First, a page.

Bookish Witch

Loam by Scott Heim

Blurb (as on Amazon):

When three siblings return to their hometown for their estranged father’s funeral, burying the ghosts of the past proves to be impossible in this chilling story by the author of Mysterious Skin.

Forty years ago, triplets Miriam, Louise, and Edward were swept up in a case of rural mass hysteria. Coerced into fabricating unspeakable lies about their first-grade teacher and her adult son, they were complicit in destroying two lives. Ever since, they have believed they are being followed by a presence still seeking retribution for their childhood sins. Unless their guilty consciences are conjuring as many monsters as their innocent minds once did.

Loam is part of Disorder, a collection of six short stories of living nightmares, chilling visions, and uncanny imagination that explore a world losing its balance in terrifying ways. Each piece can be read or listened to in a single disorienting sitting.

Pages: 41

Genre: Fiction/Thriller/Short Story

Format: Kindle eBook

Price: 129 INR/$1.99

My Rating: 4.5/5

Triplets, Miriam, Louise, and Edward are visiting their hometown after many years. It’s not a happy occasion though. They’re going to take care of the last rites and attend the funeral of their father. As they stop on the way, at a store where they can dispose of their father’s possessions, they come across some old photographs of their first-grade classmates. These take them back to some unpleasant memories from childhood. Is this an indication of what awaits them in town?

What I liked about the book:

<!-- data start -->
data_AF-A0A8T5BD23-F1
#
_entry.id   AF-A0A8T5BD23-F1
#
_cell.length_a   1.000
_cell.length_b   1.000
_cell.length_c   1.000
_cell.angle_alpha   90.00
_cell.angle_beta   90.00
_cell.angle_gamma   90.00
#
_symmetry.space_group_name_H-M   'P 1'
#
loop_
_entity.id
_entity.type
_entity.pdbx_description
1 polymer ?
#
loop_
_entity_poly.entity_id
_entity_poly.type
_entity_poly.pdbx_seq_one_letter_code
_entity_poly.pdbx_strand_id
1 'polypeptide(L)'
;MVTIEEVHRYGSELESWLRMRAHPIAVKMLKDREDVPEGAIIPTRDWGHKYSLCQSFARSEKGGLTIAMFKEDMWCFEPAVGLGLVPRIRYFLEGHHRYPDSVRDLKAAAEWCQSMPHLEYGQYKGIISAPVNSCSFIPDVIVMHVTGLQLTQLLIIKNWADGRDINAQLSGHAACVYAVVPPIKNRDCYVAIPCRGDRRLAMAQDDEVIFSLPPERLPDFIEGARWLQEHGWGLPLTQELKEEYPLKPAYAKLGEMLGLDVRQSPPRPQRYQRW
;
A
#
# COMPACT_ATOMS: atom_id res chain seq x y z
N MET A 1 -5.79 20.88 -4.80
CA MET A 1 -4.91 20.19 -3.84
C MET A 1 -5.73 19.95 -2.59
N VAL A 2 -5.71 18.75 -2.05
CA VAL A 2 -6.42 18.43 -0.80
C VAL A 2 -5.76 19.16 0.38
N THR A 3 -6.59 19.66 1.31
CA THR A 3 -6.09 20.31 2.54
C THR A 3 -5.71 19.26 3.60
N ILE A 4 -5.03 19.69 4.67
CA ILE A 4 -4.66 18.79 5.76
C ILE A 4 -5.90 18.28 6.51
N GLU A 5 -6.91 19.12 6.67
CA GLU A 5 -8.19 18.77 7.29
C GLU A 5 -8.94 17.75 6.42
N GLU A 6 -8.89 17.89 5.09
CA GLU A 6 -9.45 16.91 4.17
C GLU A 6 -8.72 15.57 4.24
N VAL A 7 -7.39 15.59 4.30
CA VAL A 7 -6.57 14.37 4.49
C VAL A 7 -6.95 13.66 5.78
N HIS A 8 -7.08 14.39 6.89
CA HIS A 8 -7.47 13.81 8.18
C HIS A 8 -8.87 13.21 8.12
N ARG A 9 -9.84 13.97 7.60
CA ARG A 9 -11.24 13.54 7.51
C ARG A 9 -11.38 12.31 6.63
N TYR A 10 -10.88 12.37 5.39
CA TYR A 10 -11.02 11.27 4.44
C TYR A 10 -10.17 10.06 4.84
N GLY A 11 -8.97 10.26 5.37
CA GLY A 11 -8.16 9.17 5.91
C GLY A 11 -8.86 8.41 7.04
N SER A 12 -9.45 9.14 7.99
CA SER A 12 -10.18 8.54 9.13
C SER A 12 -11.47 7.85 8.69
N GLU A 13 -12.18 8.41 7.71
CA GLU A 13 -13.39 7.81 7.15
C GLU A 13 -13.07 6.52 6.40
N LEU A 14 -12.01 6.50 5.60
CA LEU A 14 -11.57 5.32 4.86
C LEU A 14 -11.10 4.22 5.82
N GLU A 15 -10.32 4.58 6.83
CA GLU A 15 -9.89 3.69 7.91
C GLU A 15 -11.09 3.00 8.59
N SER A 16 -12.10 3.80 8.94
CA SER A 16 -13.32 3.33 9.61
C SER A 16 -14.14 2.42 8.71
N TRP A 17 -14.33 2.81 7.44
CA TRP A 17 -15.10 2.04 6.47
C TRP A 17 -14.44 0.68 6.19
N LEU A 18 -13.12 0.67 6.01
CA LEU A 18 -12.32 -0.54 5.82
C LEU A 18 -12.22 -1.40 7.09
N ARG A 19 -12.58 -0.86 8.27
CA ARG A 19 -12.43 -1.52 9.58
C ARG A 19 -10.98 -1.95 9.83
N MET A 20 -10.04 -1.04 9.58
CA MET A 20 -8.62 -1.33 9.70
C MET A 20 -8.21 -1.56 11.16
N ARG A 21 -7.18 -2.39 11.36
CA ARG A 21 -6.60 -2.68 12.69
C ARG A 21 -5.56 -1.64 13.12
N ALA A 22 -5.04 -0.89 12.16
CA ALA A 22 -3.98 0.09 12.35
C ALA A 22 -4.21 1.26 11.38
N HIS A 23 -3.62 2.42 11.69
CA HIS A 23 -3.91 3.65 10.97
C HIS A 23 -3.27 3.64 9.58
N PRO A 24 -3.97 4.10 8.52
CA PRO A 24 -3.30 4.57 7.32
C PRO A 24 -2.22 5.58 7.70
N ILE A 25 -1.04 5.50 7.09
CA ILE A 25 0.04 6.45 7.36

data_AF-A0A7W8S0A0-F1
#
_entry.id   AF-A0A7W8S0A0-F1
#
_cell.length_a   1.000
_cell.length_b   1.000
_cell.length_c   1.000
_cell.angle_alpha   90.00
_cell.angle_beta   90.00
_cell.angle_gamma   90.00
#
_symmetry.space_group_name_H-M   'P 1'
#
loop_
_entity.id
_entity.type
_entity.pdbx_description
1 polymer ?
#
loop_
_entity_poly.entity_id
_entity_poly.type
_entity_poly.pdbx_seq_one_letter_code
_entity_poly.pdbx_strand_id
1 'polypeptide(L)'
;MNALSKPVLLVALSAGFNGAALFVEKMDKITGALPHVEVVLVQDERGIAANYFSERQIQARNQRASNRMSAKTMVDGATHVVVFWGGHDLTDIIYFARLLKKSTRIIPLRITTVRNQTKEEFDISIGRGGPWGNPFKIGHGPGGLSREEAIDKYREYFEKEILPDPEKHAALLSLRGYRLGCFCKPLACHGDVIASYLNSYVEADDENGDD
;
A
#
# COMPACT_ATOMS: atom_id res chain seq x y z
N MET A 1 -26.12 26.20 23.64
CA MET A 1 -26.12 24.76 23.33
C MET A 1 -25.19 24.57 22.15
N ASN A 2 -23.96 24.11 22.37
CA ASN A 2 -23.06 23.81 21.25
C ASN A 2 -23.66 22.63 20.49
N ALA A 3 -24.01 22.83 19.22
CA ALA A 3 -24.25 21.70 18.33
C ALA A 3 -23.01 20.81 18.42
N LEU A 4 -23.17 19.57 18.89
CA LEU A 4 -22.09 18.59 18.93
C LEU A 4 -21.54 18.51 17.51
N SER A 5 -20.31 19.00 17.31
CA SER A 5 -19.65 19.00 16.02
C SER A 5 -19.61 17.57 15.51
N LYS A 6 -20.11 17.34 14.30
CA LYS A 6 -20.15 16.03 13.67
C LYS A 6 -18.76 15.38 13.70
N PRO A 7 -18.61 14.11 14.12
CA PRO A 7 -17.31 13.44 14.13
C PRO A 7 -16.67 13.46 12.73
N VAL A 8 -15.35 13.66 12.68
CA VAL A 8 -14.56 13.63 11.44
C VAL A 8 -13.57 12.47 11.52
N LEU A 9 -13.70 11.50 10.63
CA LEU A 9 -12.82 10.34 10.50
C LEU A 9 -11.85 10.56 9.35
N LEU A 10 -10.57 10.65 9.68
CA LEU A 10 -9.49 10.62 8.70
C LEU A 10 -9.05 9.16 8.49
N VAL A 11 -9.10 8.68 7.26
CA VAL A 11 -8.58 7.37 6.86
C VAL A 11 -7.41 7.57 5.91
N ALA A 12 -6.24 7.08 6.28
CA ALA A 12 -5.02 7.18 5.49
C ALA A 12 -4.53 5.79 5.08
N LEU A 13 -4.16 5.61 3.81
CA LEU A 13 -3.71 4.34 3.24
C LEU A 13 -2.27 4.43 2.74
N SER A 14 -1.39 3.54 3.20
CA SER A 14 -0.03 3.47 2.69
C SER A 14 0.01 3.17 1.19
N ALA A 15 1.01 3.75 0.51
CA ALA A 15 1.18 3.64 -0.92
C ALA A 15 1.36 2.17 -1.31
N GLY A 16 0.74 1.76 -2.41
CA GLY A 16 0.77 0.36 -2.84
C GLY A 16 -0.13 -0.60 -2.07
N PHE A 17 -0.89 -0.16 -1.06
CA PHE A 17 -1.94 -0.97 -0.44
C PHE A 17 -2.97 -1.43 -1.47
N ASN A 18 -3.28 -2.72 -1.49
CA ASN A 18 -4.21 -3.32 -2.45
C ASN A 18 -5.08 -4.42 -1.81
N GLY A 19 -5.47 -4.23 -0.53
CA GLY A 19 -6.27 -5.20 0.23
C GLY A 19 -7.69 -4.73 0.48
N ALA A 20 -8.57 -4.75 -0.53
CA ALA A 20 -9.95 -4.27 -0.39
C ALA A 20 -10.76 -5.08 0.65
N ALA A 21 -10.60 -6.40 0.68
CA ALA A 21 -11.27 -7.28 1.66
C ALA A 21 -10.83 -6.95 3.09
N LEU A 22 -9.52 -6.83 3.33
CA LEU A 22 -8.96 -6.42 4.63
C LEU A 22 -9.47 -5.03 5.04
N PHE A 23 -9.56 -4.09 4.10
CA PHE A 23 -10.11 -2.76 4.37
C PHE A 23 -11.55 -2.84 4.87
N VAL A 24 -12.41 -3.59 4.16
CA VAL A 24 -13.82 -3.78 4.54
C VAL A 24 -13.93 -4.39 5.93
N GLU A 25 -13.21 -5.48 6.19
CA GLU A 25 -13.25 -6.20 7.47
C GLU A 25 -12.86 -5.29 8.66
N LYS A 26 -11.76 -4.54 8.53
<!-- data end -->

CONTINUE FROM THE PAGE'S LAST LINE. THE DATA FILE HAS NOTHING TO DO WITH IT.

• The writing about the relationship between the triplets is very good. Their solidarity is one strong point that holds the story together as it progresses and tries to find its footing.
  • One can picture the eerie basement, the infamous cloakroom, the childhood lies and guilt, as the story unfolds which is quite disturbing and creepy.
  • It’s nicely written, entertaining, and a quick read.
  • As the siblings struggle to come to terms with the past and are fraught with tension, we as readers feel appropriately uncomfortable too.
  • With the right amount of creepy and scary elements, this strange short story shows the dangers of lies and how they can spread like weeds once they start.
  • The writing was well-done and the story is crafted in an interesting way, unfolding at a pace that hold’s the reader’s interest.
  • There is a strong underlying cautionary message standing out clearly that young children can be easily manipulated by adults and how this could affect their entire lives.

What I did not like about the book:

  • Much is made about the horrific father who we are told was brutal, cold, indifferent, et al. But there are no examples. So we are left wondering what all the hysteric about coming home to bury him was.
  • It ends where the reader may want everything perfectly spelled out.

Quotable quotes:

  • Eventually, we’ll all get our chance to ride in a hearse, whether we want it or not.
  • Over the years, our aversion to the place had crowded out any remaining nostalgia we’d once carried for our childhood.

Check out the book here:

Author’s social media handles:

I’m participating in Blogchatter’s #TBRChallenge

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